“Sheriff Joe Arpaio is now 85 years old, and after more than 50 years of admirable service to our nation, he is a worthy candidate for a presidential pardon.”
The former policeman has said that he may consider running for political office again, despite his age.
He lost a bid for re-election in Arizona’s Maricopa County in November 2016, after 24 years in office.
Mr. Arpaio, born in Springfield, Massachusetts, could have faced six months in jail at his sentencing in October.
He served in the US military before he became a police officer – where he quickly acquired a reputation for his anti-immigration stance and tough enforcement tactics.

Songs these days rarely make the headlines, even when they hit the very top of the charts. For example, you might have to dig deep into the newspaper to find the title of even the current number one single, “Despacito” by Luis Fonsi and Daddy Yankee featuring Justin Bieber.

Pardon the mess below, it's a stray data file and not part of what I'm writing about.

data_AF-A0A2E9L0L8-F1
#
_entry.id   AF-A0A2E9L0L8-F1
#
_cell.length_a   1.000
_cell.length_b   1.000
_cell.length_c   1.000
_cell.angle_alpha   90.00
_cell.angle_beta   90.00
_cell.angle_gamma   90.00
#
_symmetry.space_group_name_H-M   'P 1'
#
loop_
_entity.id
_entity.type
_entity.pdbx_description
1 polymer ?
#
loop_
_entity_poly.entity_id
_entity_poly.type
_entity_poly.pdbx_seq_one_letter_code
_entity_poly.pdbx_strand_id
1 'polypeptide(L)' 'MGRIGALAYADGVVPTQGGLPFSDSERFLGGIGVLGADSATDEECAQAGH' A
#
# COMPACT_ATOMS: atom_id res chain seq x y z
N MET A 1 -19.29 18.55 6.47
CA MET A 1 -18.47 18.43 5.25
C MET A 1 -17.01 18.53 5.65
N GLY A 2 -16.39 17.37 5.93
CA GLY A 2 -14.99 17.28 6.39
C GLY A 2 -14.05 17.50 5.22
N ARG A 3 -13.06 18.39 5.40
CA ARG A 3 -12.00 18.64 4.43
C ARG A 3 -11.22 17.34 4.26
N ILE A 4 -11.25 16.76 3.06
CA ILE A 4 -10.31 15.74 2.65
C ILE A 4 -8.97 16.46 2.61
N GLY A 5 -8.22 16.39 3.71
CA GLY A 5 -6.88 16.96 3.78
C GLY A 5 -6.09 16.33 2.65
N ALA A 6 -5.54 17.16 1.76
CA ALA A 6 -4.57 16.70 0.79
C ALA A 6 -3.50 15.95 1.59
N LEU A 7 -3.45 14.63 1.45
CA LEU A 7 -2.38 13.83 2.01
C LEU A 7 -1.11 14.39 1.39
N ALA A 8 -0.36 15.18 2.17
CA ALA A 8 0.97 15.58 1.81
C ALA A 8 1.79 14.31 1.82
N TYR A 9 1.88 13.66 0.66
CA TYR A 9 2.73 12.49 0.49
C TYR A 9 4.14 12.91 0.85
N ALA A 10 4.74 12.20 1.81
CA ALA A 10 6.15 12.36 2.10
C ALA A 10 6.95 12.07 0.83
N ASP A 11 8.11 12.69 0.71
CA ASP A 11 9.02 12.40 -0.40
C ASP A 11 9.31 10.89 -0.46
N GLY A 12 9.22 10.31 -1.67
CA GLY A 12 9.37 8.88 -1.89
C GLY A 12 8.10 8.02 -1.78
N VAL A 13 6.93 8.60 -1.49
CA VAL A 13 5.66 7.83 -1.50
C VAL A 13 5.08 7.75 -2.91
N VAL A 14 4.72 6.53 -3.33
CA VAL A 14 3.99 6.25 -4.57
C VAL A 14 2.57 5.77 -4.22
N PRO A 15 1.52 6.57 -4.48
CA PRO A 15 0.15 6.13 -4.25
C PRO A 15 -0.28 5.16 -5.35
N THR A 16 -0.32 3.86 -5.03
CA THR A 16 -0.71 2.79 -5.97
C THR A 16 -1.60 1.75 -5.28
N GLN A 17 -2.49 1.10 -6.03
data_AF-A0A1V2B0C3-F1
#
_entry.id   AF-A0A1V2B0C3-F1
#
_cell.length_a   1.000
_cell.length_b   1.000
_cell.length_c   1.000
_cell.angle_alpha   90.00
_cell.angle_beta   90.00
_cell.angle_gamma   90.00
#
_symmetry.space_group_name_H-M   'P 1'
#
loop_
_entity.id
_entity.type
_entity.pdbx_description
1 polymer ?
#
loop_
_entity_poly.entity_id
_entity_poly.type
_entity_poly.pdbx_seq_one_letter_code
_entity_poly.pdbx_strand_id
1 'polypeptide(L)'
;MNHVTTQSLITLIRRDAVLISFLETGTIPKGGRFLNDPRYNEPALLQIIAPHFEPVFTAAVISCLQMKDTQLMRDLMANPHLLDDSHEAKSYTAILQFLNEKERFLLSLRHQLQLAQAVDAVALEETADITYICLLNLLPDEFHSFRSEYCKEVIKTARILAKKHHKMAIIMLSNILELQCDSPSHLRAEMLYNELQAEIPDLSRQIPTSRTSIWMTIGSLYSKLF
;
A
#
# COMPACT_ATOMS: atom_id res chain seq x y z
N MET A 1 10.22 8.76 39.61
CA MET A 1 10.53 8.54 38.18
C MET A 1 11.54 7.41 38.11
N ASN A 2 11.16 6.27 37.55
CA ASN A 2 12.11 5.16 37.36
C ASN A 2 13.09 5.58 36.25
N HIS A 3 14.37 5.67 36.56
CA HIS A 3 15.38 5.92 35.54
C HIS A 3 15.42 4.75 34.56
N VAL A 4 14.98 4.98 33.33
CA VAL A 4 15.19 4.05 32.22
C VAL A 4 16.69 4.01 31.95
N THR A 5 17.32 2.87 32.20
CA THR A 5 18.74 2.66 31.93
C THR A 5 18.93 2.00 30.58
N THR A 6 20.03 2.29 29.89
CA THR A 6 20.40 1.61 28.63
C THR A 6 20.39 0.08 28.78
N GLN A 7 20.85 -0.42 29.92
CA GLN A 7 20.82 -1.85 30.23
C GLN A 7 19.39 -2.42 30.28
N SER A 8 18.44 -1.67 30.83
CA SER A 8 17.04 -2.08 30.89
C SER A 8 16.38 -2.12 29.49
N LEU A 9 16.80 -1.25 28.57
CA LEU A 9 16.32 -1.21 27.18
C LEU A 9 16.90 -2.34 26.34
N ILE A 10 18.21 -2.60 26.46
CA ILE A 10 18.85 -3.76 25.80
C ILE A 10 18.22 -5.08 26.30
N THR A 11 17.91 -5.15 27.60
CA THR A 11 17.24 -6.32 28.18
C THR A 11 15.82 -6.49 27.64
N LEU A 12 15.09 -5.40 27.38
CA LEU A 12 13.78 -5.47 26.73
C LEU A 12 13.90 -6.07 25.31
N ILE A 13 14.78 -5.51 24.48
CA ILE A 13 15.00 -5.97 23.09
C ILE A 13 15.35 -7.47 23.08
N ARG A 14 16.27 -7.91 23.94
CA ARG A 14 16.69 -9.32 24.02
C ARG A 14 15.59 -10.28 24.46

Conversely, many classic songs owe their very creations to headlines of newspaper articles, including one from an album by The Beatles that is celebrating its fiftieth anniversary this summer. Much more recently Will Butler of Arcade Fire once spent a week writing songs based on headlines from The Guardian, citing Bob Dylan as his inspiration for the idea.

It was Dylan himself who once made the comment that some of his songs were based on headlines, compositions that probably helped him earn the honor of receiving the Nobel Prize for Literature last year. One of those songs is listed below, as well as six by other artists who were inspired by newspaper articles.

A Day In The Life by The Beatles

John Lennon read the newspaper account detailing the fatal accident that claimed the life of a well-known 25-year-old, and the co-leader of the Fab Four soon had the song that would close out the legendary Sergeant Pepper’s Lonely Hearts Club Band album.

The Ballad of Alferd Packer by Phil Ochs

Enclosed with the lyrics inside the case holding The Broadside Tapes CD is a copy of the actual news article that led the folk singer to write this song about a mountain guide who resorts to cannibalism after being stranded in a blizzard.